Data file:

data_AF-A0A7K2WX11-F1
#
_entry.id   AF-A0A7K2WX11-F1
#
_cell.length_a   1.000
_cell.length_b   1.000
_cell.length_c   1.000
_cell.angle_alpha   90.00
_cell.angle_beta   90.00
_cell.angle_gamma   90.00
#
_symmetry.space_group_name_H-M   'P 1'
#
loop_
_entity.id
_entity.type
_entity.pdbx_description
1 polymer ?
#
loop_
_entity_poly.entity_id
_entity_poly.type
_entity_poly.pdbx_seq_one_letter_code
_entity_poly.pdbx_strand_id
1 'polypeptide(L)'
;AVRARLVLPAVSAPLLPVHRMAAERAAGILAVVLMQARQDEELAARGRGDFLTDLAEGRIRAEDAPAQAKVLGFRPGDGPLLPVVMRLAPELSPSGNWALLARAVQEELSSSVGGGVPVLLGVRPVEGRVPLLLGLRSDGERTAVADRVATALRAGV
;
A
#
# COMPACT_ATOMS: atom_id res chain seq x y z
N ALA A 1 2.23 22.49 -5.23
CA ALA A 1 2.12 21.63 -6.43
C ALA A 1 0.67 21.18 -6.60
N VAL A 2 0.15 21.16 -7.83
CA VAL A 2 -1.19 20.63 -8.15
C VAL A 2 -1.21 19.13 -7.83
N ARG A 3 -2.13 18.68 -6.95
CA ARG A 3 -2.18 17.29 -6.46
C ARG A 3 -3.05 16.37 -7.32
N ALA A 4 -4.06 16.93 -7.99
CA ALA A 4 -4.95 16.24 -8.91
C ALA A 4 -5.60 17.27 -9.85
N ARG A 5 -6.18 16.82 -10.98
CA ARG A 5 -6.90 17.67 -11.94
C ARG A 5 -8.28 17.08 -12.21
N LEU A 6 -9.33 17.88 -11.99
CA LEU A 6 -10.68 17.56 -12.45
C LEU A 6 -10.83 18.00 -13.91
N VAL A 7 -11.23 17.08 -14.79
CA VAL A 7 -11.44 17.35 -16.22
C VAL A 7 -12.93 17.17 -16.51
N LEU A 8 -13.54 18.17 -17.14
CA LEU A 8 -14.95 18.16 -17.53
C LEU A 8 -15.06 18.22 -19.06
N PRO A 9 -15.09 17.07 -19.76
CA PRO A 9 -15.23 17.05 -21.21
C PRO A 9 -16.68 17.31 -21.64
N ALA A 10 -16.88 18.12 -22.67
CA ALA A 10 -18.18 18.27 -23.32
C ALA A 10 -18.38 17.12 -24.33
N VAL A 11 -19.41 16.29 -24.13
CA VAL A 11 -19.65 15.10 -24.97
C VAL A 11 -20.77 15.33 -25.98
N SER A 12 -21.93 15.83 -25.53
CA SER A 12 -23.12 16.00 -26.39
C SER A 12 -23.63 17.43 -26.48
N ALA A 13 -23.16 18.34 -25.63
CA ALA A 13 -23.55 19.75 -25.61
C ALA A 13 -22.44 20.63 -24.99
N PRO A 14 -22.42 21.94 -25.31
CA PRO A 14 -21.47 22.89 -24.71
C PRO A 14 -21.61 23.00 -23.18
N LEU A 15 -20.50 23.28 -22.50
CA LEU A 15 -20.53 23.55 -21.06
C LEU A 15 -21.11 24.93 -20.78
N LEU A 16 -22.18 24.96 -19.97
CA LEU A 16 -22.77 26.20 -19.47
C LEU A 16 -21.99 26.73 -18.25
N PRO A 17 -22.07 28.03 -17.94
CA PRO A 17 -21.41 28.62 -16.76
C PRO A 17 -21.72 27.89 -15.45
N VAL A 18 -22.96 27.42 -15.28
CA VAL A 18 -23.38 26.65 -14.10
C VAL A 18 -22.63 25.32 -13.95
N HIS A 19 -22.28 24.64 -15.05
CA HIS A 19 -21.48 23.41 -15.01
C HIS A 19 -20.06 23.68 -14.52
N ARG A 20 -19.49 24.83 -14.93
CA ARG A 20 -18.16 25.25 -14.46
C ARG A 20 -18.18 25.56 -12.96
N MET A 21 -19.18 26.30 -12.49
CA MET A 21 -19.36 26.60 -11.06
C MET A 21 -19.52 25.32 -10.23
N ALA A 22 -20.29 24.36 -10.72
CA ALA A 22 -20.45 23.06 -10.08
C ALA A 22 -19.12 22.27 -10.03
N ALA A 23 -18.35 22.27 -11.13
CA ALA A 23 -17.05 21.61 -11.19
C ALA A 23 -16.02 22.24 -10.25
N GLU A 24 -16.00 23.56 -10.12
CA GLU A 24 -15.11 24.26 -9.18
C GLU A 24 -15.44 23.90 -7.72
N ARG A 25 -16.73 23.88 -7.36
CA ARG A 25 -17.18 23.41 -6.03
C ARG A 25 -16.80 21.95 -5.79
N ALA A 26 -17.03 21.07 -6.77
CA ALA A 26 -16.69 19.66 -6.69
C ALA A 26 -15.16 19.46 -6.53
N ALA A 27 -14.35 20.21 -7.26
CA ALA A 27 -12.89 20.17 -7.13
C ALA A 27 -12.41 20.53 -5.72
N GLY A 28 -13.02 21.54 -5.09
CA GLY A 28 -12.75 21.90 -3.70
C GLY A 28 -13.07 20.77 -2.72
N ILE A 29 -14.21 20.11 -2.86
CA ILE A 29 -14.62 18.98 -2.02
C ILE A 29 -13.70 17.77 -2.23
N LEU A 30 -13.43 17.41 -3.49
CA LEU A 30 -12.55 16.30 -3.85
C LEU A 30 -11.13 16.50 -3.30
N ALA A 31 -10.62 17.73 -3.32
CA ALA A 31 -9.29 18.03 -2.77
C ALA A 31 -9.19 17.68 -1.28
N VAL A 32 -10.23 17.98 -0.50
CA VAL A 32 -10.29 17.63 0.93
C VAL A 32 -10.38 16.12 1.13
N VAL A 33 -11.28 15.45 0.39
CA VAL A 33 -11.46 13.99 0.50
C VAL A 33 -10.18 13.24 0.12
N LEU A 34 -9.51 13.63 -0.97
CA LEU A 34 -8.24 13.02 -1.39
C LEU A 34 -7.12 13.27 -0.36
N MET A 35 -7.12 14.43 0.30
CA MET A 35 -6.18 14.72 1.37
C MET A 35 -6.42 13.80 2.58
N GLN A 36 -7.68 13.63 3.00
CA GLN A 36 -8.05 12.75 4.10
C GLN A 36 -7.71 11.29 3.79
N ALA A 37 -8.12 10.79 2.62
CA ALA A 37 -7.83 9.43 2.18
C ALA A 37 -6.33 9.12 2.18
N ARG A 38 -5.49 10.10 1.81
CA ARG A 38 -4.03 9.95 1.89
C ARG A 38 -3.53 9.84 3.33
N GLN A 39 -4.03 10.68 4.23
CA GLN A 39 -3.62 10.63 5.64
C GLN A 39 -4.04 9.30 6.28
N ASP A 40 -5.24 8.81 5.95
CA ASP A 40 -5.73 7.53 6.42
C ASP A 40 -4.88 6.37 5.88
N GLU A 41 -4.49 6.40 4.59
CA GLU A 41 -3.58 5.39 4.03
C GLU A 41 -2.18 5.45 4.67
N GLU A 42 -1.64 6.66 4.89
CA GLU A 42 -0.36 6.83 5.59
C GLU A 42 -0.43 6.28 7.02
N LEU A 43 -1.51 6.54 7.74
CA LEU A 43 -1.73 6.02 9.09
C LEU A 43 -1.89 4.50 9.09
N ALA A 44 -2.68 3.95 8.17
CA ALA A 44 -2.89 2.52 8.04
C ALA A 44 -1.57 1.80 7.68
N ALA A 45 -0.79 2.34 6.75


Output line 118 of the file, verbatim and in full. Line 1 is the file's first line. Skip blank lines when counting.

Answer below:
N LEU A 30 -13.43 17.41 -3.49